I recently joined a group of WordPress.com colleagues at PhotoPlus Expo, a global tradeshow for photographers. We spoke with hundreds of people over three days about site design options including themes, a critical aspect of how a site looks.
Below are six recommended themes for photographers and designers, a list put together for PhotoPlus with the help of Dan Robert, a front-end developer at Automattic.
AltoFocus offers extra space between individual photos in a grid presentation and, similar to other themes listed here, it can do many jobs at once. Individual pages are anchored by featured images, as shown in the example above, but you can also take advantage of the photo gallery option when one photo just isn’t enough.
The exposed design of Blask’s navigation offers a starting place for sites with a minimal amount of pages. Its image-first, text-free approach provides a sense of clarity to the homepage.
Radcliffe 2 is an update on an original theme by Anders Norén, whom we interviewed in September. It takes advantage of the full width of a screen. Since there are no sidebars, photos are full-bleed, left to right, on any device. It gives logos their deserved time to shine with prominent, adjustable placement, too.
Enjoy photo galleries on the homepage of your favorite site? Orvis offers a refreshing twist to a classic portfolio-style site theme — add a gallery to a homepage as a stunning invitation for readers to interact with your work. Orvis includes multiple color-scheme ideas to inspire customization, including white, light gray, and navy.
Illustratr’s powerhouse design features drop-down submenus within each primary menu on the homepage for visitors to navigate to different sections, like a blog or portfolio archive. If you often share text-only updates, Illustratr is a good fit — its crisp typography does a wonderful job displaying image-less posts.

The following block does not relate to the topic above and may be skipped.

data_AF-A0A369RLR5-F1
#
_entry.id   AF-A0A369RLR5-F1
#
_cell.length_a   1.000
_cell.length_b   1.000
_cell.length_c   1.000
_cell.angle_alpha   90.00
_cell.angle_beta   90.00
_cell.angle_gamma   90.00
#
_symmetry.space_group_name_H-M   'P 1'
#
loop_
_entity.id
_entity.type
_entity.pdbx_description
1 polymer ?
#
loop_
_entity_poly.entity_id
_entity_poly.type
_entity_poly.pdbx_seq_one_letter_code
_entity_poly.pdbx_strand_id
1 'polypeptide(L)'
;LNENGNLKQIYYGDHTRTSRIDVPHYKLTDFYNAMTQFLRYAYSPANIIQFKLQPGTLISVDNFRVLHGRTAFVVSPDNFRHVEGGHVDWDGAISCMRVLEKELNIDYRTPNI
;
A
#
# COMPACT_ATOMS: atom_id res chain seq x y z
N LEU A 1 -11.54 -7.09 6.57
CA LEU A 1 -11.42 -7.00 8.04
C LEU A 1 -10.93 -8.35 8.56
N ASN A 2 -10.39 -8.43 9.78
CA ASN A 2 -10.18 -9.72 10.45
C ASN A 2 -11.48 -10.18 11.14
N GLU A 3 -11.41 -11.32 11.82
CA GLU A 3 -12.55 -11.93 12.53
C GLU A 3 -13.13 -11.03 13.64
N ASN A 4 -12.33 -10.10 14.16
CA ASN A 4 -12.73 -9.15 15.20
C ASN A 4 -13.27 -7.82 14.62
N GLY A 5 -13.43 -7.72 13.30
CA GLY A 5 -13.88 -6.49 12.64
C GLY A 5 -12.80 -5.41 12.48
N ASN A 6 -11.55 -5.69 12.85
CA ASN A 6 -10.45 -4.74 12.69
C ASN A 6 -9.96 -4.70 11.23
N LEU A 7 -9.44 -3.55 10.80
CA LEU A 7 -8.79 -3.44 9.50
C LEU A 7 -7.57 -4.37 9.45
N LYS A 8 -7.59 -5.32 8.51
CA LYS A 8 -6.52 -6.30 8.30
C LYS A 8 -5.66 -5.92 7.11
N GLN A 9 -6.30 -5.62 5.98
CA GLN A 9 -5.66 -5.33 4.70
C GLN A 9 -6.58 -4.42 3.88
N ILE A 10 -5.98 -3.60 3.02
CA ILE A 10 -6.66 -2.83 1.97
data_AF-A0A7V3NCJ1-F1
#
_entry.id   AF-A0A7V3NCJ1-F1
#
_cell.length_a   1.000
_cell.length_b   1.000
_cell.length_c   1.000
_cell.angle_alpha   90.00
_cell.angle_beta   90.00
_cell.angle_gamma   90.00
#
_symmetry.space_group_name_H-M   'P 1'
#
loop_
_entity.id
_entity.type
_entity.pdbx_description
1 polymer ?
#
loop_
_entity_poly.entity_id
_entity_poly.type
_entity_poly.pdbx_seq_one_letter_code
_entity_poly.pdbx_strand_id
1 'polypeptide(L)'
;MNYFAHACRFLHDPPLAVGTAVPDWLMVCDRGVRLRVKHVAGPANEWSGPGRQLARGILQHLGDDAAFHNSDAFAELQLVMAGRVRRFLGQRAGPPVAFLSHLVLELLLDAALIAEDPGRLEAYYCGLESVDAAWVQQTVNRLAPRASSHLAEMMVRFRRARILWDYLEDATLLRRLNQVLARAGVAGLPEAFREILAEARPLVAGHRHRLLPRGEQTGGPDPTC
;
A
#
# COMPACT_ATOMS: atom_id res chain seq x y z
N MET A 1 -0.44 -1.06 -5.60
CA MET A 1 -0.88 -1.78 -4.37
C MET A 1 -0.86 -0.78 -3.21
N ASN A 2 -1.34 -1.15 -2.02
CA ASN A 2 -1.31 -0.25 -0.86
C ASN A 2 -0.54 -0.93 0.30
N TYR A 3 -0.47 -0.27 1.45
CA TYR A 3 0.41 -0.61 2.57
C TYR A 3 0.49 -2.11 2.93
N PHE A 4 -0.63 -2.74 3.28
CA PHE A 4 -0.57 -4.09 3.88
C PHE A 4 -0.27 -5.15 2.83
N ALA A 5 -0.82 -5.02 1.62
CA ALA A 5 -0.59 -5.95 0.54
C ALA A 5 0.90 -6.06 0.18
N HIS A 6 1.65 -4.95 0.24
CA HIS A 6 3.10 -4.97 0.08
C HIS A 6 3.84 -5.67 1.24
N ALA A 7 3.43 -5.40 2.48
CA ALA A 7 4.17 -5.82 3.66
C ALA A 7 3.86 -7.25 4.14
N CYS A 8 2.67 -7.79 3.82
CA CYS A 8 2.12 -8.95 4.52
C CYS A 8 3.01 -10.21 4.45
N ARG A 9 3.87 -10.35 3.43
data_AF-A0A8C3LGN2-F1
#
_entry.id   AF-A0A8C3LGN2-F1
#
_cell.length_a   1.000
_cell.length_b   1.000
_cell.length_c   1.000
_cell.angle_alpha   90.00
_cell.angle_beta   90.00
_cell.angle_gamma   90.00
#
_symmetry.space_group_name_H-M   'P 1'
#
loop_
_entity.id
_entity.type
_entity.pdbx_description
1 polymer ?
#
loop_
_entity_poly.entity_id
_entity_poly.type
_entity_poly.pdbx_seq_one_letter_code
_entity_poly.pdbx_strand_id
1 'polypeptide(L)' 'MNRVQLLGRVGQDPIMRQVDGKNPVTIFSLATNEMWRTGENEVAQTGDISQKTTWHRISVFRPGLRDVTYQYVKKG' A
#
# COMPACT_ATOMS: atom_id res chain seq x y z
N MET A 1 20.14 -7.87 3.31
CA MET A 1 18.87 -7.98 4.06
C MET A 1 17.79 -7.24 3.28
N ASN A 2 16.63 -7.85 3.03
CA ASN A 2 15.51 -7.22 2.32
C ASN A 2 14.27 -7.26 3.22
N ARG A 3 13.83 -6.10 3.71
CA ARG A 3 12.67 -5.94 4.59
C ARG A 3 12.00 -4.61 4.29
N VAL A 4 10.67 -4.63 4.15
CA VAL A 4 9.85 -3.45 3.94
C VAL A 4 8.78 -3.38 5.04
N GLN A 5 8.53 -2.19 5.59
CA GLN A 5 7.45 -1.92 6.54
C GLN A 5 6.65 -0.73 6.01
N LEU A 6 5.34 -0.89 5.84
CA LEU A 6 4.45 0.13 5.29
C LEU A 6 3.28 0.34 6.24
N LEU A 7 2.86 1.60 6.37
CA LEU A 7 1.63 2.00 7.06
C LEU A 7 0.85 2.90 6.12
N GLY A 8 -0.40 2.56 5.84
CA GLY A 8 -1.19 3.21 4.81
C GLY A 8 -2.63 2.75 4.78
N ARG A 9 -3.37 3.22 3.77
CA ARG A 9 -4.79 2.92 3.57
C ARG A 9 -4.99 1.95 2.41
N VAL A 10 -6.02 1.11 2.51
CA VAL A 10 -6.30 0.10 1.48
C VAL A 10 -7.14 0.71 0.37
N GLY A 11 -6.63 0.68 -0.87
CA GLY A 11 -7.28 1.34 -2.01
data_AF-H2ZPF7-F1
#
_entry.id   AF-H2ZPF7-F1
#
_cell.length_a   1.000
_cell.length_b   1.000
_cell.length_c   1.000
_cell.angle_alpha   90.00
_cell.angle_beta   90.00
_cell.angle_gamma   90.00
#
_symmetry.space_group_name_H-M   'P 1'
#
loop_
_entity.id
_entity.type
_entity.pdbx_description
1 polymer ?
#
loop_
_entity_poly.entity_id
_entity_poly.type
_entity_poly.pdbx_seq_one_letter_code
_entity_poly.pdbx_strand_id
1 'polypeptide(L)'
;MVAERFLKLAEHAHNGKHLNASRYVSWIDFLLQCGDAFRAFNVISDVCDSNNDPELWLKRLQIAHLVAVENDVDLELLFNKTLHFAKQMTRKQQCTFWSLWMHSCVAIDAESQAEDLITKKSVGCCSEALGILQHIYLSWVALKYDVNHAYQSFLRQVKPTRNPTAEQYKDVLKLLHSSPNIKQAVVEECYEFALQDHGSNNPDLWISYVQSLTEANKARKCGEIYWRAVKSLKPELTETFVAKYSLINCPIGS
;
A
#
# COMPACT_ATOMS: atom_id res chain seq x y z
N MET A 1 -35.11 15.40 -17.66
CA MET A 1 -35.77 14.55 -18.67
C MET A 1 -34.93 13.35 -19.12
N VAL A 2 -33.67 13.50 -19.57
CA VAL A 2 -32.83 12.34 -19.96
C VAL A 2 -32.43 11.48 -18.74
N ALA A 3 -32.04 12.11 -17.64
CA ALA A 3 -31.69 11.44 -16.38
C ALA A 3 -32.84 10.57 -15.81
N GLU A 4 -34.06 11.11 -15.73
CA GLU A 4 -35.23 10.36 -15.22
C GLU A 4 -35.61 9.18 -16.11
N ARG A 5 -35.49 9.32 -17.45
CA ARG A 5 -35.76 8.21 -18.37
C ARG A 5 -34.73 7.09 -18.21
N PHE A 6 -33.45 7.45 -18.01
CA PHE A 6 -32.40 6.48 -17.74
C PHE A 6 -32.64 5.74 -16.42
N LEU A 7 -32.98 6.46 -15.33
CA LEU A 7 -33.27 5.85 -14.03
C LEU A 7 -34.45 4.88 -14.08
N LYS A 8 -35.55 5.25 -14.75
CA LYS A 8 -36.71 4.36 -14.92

For those who write about every photo (and know exactly which photo belongs at the top of the homepage), Resonar’s straightforward approach to featured images and pull quotes helps make every post impactful. The magazine-style design of every page will leave readers impressed.
If you’re fond of the idea of a homepage that reflects the feel of an Instagram profile, try Cubic. In its grid-like homepage design, there is a minimal amount of space between photos, and the theme displays the dates of published posts. If you need help with editing the order of the final display, visit this guide on managing the publication order and displayed dates of posts.
If you’re not quite ready to jump into testing themes, consider browsing the sites of the many great photographers we’ve featured on Discover, like that of Joshi Daniel, who recently shared with us what he’s learned during nine years of photoblogging. Getting a sense of what you like about other sites may help you determine which design elements best display work similar to yours, hopefully providing a clearer sense of what you want a theme to accomplish.
To find more designs for your site, browse our collection of photography-focused themes. To demo themes on your site, go to My Sites → Customize → Themes.
What influences the elements of design on your site?